Salient. Victoria University of Wellington Students' Newspaper. Volume 31, Number 23. September 17, 1968
Salient is a pill—Tablet
Salient is a pill—Tablet
The independent Catholic weekly "Tablet" has criticised Salient for its reporting of the debate "That the Pope is a Pill ".
This report, and a letter from the president of the Catholic Society, Tim Dyce, pointing out seven inaccuracies in the Tablet report. will be published in Salient next week.
Tim originally wrote to the Debating Society criticising the organisation of the debate, including the relative strengths of the teams.
Tim also suggested that the Catholic Society should have been consulted because it was "a representative of the particular body whose personnel or tenets are to be the subject of the debate".
He said this was commonly accepted practice at Oxford and Cambridge Universities.
Tim asked if it was the stall student debate or the annual religious debate.
"If it was the former my contention on unequal strength loses some of its force."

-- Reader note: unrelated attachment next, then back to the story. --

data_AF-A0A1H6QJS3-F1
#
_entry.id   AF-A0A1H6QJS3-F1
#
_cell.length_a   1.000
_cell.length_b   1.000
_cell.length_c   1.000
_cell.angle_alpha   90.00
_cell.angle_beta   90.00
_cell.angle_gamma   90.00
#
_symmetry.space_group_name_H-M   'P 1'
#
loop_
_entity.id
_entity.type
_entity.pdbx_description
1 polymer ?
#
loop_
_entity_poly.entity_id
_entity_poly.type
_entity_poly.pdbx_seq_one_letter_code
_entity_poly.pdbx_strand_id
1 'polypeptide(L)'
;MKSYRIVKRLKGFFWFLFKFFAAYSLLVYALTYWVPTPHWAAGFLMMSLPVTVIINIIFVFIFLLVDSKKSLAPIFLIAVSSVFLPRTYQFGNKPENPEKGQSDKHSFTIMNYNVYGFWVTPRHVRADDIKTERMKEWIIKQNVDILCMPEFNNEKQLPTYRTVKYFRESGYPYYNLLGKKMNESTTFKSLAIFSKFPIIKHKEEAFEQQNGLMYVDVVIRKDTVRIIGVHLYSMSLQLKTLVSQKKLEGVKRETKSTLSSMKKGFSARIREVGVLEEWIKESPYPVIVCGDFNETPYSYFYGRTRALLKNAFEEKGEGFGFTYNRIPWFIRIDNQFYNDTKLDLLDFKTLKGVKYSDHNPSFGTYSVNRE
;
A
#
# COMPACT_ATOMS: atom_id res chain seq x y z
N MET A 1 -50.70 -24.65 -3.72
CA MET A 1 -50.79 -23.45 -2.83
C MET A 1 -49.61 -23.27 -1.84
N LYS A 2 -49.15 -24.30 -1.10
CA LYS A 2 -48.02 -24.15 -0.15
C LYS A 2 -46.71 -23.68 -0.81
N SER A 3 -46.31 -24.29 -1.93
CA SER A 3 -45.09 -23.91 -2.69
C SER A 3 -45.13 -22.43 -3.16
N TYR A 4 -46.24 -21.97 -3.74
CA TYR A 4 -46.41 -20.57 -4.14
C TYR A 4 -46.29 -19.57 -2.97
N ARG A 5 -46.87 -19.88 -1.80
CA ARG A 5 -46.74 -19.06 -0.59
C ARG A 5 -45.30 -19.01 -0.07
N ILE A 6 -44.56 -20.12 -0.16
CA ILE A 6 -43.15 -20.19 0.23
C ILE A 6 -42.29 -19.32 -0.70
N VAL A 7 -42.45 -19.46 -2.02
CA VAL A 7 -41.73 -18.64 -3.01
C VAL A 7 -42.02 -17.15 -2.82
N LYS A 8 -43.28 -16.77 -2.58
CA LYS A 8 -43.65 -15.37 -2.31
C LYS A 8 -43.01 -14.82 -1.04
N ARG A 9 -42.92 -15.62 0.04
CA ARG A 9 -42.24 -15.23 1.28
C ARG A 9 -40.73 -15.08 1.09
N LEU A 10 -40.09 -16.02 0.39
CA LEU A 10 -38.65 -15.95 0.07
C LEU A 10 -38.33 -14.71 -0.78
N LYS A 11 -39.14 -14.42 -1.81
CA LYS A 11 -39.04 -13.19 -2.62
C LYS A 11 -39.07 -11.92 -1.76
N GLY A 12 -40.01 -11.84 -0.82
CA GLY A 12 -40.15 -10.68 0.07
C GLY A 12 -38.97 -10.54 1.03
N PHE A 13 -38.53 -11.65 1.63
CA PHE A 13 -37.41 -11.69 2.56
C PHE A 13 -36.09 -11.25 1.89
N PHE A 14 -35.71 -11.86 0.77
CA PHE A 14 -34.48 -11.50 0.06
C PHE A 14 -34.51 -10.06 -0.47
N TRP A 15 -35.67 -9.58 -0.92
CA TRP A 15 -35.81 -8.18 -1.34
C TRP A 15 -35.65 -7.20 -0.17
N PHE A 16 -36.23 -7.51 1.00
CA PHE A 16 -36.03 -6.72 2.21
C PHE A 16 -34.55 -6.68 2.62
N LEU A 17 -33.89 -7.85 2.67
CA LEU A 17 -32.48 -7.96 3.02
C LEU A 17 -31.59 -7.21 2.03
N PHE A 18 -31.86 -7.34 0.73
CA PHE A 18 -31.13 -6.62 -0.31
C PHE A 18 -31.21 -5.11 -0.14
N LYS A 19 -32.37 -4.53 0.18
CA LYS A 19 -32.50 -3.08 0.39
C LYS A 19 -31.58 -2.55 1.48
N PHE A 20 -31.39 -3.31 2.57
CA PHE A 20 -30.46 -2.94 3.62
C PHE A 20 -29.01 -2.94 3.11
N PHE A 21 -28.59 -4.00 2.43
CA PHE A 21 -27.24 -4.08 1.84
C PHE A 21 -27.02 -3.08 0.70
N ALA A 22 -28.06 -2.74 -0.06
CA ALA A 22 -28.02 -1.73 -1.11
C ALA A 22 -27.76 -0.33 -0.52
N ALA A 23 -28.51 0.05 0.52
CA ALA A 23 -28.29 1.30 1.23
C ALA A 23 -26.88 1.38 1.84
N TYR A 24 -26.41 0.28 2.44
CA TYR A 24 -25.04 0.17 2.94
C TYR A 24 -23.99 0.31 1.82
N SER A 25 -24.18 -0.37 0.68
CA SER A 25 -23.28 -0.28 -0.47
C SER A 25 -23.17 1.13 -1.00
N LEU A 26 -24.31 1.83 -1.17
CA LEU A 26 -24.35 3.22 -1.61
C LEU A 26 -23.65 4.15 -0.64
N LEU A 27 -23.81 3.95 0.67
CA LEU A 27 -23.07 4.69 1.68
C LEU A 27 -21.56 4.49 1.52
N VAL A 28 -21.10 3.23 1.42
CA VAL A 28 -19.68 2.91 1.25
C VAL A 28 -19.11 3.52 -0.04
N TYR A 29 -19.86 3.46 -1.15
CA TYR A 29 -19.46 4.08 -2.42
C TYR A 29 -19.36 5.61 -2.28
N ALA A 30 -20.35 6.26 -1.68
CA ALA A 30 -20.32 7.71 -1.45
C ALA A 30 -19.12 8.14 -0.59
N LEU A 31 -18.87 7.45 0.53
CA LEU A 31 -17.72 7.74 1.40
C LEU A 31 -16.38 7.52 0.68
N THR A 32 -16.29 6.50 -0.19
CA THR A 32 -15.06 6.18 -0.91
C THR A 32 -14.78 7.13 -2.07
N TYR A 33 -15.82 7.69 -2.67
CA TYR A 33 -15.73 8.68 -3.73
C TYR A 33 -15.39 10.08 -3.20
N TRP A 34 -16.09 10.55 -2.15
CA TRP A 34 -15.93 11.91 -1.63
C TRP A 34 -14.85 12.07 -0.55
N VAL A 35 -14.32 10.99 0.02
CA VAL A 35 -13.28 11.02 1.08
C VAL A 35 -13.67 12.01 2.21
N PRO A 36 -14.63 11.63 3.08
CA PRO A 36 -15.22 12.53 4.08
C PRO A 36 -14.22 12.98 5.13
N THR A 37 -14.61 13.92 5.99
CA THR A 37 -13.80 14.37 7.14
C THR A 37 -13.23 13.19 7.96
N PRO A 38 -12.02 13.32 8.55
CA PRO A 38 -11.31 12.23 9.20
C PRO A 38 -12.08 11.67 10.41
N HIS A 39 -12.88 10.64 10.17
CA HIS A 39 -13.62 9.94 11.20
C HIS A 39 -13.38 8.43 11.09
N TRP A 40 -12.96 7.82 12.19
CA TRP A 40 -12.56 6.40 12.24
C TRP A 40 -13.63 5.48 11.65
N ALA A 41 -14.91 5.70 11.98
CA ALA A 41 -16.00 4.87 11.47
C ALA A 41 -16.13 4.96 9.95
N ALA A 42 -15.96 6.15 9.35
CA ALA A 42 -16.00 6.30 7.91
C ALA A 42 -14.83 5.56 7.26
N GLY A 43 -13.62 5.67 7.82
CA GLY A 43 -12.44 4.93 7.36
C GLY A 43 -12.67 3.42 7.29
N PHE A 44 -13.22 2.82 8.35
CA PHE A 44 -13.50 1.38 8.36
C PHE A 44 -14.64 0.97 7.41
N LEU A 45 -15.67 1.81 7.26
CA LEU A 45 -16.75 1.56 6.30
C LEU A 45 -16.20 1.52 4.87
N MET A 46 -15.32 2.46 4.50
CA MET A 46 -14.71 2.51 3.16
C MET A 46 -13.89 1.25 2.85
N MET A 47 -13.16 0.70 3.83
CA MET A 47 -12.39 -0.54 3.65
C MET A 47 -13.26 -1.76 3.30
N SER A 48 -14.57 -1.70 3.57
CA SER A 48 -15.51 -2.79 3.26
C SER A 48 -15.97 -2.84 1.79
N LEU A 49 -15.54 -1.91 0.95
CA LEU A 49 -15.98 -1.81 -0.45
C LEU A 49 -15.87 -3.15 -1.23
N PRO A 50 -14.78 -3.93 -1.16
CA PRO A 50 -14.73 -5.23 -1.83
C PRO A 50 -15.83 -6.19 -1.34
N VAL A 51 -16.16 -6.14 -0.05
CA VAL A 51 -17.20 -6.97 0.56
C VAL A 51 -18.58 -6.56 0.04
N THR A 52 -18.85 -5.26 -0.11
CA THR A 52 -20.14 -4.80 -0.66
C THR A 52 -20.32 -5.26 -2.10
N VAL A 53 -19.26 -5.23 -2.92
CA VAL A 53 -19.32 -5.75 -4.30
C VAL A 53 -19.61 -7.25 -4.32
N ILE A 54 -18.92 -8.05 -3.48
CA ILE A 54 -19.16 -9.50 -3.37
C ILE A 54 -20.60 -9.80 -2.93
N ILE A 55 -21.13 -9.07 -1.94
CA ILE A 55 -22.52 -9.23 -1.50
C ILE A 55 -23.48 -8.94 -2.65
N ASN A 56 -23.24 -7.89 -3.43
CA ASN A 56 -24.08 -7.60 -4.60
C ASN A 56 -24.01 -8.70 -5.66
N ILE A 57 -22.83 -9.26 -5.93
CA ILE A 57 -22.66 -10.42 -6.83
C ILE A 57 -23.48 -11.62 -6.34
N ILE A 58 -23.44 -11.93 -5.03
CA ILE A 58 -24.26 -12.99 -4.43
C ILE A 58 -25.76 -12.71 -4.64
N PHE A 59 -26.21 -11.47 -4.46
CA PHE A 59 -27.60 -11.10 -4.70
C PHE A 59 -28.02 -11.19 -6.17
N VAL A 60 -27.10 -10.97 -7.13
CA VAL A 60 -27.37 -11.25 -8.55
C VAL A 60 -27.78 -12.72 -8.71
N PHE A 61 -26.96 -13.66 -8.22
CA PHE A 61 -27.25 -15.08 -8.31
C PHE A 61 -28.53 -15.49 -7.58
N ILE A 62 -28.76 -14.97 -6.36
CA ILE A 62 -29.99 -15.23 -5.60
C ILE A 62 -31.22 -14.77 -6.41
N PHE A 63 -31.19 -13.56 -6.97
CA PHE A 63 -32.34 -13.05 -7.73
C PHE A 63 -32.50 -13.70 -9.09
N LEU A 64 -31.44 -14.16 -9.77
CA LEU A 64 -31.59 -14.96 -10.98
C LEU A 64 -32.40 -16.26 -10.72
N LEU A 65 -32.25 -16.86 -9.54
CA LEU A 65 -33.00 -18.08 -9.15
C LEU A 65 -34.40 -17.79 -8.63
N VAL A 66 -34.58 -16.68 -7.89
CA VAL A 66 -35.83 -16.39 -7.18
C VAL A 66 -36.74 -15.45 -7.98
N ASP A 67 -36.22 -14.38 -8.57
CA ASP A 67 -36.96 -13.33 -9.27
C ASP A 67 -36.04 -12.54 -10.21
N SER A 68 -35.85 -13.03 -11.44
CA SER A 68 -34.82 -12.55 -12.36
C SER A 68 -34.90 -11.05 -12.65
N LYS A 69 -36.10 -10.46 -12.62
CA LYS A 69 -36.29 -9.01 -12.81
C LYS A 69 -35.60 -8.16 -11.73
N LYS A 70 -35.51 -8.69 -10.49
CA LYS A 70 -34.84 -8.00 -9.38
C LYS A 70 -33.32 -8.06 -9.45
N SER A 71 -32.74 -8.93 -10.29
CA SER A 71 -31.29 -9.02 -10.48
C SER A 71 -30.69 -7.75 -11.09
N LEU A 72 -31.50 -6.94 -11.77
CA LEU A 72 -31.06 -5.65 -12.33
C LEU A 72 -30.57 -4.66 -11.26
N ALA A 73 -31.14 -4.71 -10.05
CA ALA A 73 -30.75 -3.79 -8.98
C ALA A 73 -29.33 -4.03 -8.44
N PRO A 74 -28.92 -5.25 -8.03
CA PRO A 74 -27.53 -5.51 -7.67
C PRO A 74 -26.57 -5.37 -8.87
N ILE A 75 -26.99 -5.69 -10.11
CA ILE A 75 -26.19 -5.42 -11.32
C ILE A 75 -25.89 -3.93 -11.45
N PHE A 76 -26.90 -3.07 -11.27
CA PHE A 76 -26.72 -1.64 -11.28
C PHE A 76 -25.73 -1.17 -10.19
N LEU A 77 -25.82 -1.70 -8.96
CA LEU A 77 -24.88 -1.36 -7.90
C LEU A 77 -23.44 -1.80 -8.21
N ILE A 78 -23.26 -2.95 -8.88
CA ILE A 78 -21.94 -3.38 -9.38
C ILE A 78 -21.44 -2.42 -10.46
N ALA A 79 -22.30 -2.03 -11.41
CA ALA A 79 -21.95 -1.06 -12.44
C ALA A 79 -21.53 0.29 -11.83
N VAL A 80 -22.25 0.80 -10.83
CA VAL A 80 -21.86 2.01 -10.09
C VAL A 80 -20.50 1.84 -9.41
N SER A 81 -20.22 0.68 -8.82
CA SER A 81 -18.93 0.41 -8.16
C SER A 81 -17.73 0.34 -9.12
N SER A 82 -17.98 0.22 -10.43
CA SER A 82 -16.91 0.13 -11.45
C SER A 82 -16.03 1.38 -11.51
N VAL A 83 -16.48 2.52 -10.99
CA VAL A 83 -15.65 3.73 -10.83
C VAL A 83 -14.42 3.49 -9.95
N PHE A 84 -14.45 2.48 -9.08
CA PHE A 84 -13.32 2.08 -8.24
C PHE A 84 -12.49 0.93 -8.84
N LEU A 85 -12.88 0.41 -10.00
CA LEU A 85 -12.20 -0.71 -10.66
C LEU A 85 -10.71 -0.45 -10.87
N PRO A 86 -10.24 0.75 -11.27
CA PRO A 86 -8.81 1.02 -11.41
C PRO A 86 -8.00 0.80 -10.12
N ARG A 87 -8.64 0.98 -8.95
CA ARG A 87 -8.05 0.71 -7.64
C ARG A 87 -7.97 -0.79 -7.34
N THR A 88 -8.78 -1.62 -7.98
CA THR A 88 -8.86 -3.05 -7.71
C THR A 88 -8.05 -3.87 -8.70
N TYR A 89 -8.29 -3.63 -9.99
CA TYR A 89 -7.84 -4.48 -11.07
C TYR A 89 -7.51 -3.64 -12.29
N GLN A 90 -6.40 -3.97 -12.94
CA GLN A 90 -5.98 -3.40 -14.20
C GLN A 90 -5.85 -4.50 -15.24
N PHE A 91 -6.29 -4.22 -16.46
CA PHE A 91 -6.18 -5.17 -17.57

"I could ask to what extent Dr Geiringer be accepted by the University staff as an honorary colleague."
Hamish Hancock, president of the Debating Society, said "any suggestion that any imbalance in the teams was intended or came about through careless organisation, is totally unfounded."
He did say that one of the student speakers was a replacement for a much more experienced debater.
"It was the annual religious debate which was originally intended to be the staff/student debate" said Hamish.
"Because of very great difficulty experienced in getting three staff members to debate, it was decided to ask Dr Geiringer to speak."
Hamish said any suggestion that the democratic rights of a minority were infringed was "melodramatic".
"Surely Forum is a more appropriate place for minority groups to express themselves.
"In selecting the negative team I did approach a number of Catholic students who were unwilling to defend the Pope's decision because they disagreed with it." Hamish said.
"Nevertheless the negative team not only included a Catholic but also a past member of the very society Tim claimed was unrepresented.
"Not one person who wished to speak from the floot was prevented from doing so for any reason."
Hamish said the letter, although lacking any "real basis", was welcome if principally intended as a suggestion that the society should follow the English practice of consulting readily identifiable groups which had a vested interest.